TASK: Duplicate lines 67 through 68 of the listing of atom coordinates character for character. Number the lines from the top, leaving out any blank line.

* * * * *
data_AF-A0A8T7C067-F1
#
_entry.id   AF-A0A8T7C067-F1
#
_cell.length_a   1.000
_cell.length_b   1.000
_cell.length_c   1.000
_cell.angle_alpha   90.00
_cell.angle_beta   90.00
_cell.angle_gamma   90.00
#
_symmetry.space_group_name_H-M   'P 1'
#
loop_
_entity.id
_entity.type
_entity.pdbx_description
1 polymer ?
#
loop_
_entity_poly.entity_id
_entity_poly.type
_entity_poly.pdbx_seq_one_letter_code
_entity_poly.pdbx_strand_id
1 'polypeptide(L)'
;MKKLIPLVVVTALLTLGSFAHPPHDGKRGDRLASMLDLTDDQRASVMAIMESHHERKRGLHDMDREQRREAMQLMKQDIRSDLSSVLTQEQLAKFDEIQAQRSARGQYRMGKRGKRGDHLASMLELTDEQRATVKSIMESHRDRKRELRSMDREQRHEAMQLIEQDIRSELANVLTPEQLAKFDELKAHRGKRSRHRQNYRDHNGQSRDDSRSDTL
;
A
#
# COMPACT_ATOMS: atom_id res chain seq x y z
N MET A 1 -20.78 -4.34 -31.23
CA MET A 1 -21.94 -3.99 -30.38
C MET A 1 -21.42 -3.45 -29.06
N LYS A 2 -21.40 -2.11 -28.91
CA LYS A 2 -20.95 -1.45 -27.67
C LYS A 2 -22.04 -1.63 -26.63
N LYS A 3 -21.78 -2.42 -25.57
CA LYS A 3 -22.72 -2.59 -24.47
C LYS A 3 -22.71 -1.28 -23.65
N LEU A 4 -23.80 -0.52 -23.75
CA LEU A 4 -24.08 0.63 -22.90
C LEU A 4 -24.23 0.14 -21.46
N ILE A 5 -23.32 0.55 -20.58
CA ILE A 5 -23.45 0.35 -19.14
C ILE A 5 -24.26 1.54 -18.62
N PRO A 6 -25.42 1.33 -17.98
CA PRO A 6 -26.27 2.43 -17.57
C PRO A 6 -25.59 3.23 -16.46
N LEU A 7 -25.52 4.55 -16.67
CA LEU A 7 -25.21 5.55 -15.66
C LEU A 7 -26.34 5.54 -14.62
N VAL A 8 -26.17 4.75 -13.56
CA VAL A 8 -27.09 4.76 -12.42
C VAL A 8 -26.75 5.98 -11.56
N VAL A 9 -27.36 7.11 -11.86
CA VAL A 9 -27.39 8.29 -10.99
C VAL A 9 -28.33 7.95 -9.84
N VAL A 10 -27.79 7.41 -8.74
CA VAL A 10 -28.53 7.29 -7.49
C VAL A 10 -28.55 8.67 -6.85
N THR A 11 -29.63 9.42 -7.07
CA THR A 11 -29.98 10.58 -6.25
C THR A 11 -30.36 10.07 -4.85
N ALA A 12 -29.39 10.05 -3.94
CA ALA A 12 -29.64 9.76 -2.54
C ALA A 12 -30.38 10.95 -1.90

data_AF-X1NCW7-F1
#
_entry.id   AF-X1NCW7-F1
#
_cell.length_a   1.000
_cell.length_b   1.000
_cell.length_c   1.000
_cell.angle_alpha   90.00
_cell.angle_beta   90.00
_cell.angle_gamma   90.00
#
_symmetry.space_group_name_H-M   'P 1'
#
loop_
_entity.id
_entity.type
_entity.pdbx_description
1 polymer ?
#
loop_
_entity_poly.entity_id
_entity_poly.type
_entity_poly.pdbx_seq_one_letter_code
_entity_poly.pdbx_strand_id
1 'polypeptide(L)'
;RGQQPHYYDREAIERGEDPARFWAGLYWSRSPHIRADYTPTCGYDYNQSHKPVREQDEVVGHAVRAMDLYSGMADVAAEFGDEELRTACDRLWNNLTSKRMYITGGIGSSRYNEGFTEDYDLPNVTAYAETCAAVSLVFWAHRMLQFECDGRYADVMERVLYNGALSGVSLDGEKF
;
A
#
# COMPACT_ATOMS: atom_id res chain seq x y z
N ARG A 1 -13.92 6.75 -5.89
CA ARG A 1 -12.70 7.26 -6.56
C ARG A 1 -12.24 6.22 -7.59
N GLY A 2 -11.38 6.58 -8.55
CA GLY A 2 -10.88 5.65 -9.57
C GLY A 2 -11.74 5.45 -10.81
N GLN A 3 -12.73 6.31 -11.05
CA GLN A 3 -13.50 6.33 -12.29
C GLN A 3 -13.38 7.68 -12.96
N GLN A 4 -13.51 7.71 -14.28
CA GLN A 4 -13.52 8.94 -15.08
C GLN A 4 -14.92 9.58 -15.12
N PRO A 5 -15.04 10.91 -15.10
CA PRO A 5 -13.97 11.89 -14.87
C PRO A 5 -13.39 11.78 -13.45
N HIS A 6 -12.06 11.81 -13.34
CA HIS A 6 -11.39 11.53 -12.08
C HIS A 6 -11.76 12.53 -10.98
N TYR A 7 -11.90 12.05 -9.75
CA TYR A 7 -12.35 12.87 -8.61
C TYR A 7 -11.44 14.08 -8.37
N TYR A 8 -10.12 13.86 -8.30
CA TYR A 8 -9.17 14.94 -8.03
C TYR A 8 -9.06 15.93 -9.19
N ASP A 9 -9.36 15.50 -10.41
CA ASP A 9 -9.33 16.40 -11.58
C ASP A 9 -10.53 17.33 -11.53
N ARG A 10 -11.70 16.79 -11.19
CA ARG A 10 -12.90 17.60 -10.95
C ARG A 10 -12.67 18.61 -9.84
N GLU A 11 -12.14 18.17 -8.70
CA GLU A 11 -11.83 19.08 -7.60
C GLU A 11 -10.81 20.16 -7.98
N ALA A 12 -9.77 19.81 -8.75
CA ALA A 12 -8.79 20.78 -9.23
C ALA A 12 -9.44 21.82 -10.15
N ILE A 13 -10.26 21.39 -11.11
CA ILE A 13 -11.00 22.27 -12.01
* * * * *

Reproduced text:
data_AF-X1NCW7-F1
#